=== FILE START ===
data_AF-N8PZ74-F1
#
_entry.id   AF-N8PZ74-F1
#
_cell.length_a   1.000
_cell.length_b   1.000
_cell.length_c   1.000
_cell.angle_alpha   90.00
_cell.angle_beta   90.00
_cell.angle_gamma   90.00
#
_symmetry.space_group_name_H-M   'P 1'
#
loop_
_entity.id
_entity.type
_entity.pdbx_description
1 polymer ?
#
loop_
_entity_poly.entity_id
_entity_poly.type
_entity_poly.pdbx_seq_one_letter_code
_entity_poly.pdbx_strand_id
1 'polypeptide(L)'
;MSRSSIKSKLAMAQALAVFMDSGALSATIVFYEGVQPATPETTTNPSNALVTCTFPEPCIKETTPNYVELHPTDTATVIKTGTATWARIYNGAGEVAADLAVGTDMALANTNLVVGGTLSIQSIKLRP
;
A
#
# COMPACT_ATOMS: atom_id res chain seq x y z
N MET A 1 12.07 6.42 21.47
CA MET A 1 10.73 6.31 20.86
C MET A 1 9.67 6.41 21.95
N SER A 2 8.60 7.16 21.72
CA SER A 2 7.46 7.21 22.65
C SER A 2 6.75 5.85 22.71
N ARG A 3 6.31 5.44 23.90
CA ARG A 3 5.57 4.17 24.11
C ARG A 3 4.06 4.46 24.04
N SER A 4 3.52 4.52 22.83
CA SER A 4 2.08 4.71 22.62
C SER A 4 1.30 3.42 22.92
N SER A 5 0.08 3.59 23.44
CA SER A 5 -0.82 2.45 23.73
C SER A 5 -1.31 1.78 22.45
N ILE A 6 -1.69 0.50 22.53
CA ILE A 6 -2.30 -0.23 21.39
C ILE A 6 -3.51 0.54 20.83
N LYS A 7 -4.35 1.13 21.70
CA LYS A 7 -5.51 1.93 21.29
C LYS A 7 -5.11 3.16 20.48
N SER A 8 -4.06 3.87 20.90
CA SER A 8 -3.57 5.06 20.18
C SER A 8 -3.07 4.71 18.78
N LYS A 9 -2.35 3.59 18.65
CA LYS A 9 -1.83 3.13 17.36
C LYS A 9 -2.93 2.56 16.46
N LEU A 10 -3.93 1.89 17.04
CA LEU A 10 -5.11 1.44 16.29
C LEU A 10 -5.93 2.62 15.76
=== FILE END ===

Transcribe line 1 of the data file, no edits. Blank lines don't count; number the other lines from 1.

data_AF-N8PZ74-F1